Contrary to popular opinion, Jay Palter believes that watching television can sometimes be a great family activity.
My family loves watching Modern Family. We all enjoy the show and we enjoy watching it as a family activity.
Now before you judge me (and, trust me, I judge myself) for citing television watching as a meaningful family activity, let me explain why I feel this way.
If you haven’t seen it, Modern Family is an award-winning show that gives television a good name. It’s brilliant! The writing is subtle and clever and very funny. Like all great family entertainment, it operates on both the kid and adult levels at the same time. We’ve tended to watch the shows on DVD, rather than regular television, and this really brings out the rhythm of the editing and the comedic timing of the show. The show is compelling because the characters are credible reflections of real world people—some you know well and some whose skin you live in on a daily basis—and the story lines are rooted in reality but just way funnier.
We like the show for other reasons too. Modern Family posits an inclusive view of family that reflects some of our family’s basic views and values. For instance, there is no such thing as an ideal family. Families, in the real world, come in all shapes and sizes — just as they do in the show. Some are built around heterosexual relationships, while others blossom around same-sex spouses or second and third marriages and relationships that span generations. And no family’s life is perfect—people fight and act selfishly and sometimes do mean things to each other. But, in the end, families come together. Or that’s what they’re supposed to do anyway. In these ways, my family is a modern family too.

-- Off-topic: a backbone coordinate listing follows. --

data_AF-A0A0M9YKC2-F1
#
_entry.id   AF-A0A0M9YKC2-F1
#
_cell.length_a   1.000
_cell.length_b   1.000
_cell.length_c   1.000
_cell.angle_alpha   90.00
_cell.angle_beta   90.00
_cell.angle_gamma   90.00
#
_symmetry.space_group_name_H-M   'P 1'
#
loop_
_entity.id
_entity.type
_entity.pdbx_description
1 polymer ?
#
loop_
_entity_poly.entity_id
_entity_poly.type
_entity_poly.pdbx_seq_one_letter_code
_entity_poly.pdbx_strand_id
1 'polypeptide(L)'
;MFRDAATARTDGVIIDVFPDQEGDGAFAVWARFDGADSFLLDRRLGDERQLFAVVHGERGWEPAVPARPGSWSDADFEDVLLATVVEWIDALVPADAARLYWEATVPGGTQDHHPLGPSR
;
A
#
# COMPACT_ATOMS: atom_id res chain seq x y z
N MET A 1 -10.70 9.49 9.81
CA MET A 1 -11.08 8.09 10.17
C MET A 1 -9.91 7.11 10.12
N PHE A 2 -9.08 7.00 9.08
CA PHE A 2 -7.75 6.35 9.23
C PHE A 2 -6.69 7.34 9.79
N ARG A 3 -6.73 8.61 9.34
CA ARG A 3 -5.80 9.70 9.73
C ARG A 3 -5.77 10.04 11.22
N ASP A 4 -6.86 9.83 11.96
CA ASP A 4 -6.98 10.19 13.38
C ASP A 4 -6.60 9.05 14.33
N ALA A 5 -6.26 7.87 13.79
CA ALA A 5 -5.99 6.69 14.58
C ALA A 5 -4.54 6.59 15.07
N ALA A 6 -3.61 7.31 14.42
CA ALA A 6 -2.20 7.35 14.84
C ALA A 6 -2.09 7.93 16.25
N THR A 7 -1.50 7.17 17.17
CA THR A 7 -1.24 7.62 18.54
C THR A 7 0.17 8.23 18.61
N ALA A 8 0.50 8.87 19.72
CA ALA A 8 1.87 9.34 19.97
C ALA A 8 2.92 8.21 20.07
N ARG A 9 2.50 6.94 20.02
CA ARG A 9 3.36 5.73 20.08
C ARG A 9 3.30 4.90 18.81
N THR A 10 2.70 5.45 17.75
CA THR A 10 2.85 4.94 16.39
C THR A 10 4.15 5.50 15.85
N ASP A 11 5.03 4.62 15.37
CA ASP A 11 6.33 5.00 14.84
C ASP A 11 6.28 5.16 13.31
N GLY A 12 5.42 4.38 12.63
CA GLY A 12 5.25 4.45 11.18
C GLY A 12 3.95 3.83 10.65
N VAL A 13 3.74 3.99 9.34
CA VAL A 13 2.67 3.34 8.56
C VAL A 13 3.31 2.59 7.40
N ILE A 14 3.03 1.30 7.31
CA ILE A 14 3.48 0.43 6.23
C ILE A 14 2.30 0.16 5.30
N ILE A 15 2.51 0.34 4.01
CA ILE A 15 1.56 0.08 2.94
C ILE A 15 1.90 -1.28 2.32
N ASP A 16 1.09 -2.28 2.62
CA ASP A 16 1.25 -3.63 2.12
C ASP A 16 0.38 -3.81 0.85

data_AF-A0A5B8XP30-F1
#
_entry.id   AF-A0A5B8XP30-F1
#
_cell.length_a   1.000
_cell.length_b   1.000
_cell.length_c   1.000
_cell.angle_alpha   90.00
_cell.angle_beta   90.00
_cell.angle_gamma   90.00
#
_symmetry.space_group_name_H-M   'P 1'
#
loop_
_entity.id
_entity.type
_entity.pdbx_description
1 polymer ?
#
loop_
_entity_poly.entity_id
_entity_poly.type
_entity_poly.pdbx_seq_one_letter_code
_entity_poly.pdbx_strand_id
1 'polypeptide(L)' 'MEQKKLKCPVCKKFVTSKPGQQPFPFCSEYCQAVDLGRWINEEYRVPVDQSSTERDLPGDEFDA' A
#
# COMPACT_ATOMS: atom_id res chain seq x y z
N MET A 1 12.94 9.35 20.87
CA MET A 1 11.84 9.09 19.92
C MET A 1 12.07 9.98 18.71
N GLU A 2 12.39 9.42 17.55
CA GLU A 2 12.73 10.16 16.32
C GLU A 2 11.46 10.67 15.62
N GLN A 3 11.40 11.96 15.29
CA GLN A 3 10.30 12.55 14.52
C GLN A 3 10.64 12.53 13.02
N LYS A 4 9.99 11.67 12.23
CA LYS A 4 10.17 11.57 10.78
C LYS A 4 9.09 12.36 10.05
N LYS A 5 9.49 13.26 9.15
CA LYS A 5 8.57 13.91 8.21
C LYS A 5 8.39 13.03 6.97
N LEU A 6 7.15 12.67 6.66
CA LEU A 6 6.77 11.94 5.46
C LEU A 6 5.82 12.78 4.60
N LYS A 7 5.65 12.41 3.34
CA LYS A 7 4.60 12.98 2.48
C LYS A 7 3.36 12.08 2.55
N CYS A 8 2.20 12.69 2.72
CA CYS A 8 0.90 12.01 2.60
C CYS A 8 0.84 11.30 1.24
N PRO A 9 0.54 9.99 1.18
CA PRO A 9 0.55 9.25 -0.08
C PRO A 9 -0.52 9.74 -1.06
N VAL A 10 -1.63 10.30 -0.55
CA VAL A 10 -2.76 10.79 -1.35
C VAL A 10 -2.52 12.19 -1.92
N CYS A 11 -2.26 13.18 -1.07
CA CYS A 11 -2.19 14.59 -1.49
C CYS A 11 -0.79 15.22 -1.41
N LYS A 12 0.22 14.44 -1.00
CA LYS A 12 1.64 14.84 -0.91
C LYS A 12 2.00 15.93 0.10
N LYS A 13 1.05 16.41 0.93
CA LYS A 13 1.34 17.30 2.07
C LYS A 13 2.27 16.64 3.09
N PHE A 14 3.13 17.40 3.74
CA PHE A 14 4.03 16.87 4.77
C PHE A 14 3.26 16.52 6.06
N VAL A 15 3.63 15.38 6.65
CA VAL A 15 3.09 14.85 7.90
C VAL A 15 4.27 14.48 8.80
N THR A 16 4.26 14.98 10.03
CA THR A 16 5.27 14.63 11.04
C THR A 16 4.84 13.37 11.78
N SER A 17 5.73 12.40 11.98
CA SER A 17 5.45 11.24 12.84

Modern Family, some might argue, is not really appropriate family viewing for our almost 9 year olds. This is evident in episodes that deal with sexuality (is there an episode that doesn’t deal with sexuality, I’m now wondering). I asked my almost 9 year old son today what he felt was inappropriate about the show and the first thing out of his mouth was the swearing. Apparently, “bitch” out-ranks parents getting caught having sex by their kids and teenage masturbation on the inappropriateness scale.
Admittedly, I wondered whether we were on the right path when we started watching the Modern Family Season 1 DVD on a recent family vacation. But we were all enjoying the shows and we were on vacation. A few clarification questions arose and were answered about some of the more adult themes in certain episodes and we handled them as best we could. The fact is, there’s not much going on in these shows that isn’t starting to creep into the schoolyard chatter among kids finishing grade 3. The way I see it, there are lots of way worse ways for kids to be introduced to more mature subject matter than watching a witty and insightful comedy like Modern Family together as a, well, modern family.
I guess I am a product of my generation in this regard. I grew up in the 70s and watched my fair share of television back then. I learned a lot about the world and interpersonal relationships from shows like The Mary Tyler Moore Show,Rhoda, Three’s Company, and All In the Family. I’m sure I missed some subtleties, but I picked up on the broad strokes of Archie Bunker’s racism, Rhoda Morgenstern’s feminism and Jack Tripper’s intentionally ambiguous alternative lifestyle.
More significantly, I was influenced by the setting in which these shows were watched. In the evenings, my younger brother and I would sit and watch with my recently separated mom, sipping our cups of warm, sweet tea and eating homemade dessert. Those shared experiences with our extended TV families brought us closer in our own little family. It also validated us. It connected us.
That’s why I love that we all enjoy watching Modern Family together. And that’s why I don’t worry about the appropriateness of some of the content. Because as long as we’re all sitting together and laughing, there is so much more going on than just watching television.
Photo credit: Flickr / jerine